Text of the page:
The Early Days | Up, Up and Away | Ambitions Realised | The Here and Now

Up, Up and Away

Pat, Ken & Mike join Pat, Ken and Mike join

In 1979 a very intuitive Dave and Betty Verrill, who organised The Top House folk club in Marske suggested that we do a novelty night at their club. The idea was that the whole family, including partners and children went along and sang some songs, maybe doing the odd few as a massed choir. The net result was that Pat, Ken and Mike all found a natural place in the group where they could either reinforce the melody, blend in with an existing or add a new one all together.

For the time being, we were now seven and enquiries to do bookings at both clubs and festivals started to flow in.

The next milestone event was going into the recording studio for the first time. We had become good friends with Jim Mageean having met up with him at Whitby and several festivals up and down the country. In 1981 he and Joe Stead had the idea of doing compilation album, using a mixture of north-eastern singers to record history of Tyneside women. Jim asked us if we would like to put down four tracks of our own and contribute to the chorus for the whole album Aall tegithor like the foaks o'shields not only turned out to be a great album, but also provided one of the epitaphs on our mam`s gravestone over 20 years later.

It was our first real encounter with Joe Stead who was into project type albums at the time. He said that he would really like to record us if we could come up with a suitable proposal. We immediately suggest that we felt that the songs of Graeme Miles, from our native Teesside, hadn’t received the exposure they really deserved. To his eternal credit Joe bought into the idea straight away and set us the task of getting Graeme on board, and selecting and learning the songs.

That is how we came to be in studio half-way up a snowy mountain in mid Wales in March 1983, where Horumarye our first solo album was recorded.

Pictured with Glive Gregson, Keith Hancock & Joe Stead Pictured with Clive Gregson, Keith Hancock and Joe Stead

At about the same time we were also very active in singing up and down the country at dozens of fund raisers for the miners strike, and also for the Hospice that was helping to look after Dad during his final illness.

We must have been gluttons for punishment in those days, though it was the opposite of gluttony that was the subject of our next recording! Along with thousands of others were becoming increasingly appalled by the horrific images of the famine in the "Horn of Africa", and the indifference of the West to do anything about it. We had become good friends with Keith Hancock, who in turn introduced us to Clive Gregson. With their brilliant writing skills, and again supported by Joe Stead, we were back in the studio in 1986 to record the single Third World War The single sold very well, and along with a number of promotional concerts, we managed to raise a substantial amount of money for the famine relief fund.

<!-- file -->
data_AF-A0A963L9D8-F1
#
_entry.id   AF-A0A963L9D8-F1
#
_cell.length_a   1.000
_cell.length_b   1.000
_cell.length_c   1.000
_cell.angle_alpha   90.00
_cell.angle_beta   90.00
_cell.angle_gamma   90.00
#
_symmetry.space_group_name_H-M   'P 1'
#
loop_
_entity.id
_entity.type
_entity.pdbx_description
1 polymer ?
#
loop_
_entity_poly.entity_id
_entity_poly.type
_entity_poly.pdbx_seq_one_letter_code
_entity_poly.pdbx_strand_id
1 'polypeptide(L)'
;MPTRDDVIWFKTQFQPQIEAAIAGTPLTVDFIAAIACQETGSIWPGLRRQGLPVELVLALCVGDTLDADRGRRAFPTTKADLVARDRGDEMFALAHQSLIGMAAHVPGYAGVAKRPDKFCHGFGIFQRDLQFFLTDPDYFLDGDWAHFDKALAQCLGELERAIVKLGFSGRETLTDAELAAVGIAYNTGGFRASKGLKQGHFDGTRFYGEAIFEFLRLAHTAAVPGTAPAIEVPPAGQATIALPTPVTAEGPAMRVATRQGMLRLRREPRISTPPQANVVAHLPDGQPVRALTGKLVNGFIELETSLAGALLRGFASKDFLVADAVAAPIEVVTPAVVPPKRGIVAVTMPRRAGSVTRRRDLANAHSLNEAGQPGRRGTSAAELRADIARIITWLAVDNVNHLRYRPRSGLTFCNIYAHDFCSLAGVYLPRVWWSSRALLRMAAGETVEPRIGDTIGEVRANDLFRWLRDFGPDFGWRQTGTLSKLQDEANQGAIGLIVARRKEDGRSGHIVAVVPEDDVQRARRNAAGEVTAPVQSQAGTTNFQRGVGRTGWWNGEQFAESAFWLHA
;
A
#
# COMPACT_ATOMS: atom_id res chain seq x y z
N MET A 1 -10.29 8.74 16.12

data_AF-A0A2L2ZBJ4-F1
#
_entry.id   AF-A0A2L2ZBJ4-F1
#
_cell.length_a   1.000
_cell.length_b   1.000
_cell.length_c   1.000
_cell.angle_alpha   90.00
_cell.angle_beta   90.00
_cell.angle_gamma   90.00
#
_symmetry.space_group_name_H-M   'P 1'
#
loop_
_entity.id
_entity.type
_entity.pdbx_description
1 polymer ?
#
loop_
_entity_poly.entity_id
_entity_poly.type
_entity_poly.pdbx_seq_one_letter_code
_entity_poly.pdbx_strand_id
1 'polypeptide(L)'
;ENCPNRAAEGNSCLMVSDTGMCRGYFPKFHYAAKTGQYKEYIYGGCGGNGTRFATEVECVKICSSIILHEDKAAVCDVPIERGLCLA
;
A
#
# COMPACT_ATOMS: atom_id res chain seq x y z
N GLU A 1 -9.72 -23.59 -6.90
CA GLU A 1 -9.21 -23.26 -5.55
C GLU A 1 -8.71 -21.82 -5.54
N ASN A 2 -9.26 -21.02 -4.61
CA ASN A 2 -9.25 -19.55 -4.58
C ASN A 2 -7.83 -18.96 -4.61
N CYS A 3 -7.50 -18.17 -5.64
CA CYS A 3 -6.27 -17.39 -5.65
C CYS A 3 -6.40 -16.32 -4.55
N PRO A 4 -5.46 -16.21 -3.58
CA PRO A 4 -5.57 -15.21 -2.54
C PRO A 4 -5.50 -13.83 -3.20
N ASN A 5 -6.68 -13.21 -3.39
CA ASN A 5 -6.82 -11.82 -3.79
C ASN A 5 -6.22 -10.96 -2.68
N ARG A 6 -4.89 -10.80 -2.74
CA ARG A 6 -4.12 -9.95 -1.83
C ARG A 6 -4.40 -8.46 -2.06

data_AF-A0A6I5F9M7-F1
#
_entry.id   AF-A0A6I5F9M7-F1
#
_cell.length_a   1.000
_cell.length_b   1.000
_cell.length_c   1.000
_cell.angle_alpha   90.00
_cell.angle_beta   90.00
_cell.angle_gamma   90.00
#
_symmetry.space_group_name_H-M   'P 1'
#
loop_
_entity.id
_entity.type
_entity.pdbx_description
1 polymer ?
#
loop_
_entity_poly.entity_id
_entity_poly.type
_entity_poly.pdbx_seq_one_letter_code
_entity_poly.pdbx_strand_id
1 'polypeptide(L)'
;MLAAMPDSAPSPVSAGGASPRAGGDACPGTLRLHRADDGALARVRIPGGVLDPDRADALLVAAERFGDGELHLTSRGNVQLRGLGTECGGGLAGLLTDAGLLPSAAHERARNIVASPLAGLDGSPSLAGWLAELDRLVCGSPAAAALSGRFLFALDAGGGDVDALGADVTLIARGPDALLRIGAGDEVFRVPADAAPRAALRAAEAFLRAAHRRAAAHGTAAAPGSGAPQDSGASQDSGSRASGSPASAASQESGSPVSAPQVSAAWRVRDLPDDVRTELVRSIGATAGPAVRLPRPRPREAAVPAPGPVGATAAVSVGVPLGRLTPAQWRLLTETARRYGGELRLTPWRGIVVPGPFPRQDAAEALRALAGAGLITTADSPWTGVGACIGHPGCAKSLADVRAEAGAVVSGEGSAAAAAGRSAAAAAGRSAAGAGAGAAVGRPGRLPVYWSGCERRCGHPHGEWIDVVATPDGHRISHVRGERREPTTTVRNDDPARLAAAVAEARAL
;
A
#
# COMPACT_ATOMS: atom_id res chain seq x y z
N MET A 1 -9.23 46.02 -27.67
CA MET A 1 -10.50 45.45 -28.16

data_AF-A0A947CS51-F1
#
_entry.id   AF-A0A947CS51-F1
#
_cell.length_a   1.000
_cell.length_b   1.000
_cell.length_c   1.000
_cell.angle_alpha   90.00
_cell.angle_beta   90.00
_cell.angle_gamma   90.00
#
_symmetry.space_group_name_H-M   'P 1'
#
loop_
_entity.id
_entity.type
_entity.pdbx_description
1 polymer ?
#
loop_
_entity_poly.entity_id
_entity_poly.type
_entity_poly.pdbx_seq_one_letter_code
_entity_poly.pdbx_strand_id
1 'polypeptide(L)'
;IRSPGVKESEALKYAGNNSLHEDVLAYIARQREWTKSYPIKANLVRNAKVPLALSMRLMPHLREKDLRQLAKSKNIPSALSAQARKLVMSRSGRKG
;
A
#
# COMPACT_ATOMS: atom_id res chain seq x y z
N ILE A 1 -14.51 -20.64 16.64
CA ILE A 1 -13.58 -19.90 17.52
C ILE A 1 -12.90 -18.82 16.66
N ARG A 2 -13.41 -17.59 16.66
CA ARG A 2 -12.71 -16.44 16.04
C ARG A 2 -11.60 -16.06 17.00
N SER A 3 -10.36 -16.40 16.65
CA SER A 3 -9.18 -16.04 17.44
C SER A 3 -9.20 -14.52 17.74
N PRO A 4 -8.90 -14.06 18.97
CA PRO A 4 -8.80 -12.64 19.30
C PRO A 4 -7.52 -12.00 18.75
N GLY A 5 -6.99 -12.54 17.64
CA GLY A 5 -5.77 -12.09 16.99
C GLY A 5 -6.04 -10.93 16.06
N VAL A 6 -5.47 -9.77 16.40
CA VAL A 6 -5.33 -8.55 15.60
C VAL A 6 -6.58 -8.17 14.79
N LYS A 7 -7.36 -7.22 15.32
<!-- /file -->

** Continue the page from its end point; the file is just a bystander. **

Singing at Whitby Festival - 1986 Singing at Whitby Festival - 1986

Also at this time in 1986, we started another Folk Club back in Billingham at the Station, which we ran on a Thursday night alongside the Collingwood on a Sunday night. We carried on running the two clubs in this way until the "wicked witch" from the south paid a visit and did her famous "walk in the wilderness" after which our beloved Collingwood was raised to the ground. The Thursday night kept on going and after moving from the Station back to the Smiths Arms for a second time, we then moved the club to the Wellington Inn, in Wolviston Village just north of Billingham, where we still continue to run it to this day.

For the next five years we concentrated on doing what we enjoy most – singing to live audiences at clubs and festivals. We were no longer considered to be "the young kids on the block", but this had its compensations by having gained the respect and friendship of many of the artists we had always considered to be the pantheon of the folk scene. We are gratified to have had those friendships, many of which endure to the present, and we consider these to have been amongst the greatest gifts that the folk scene has given us.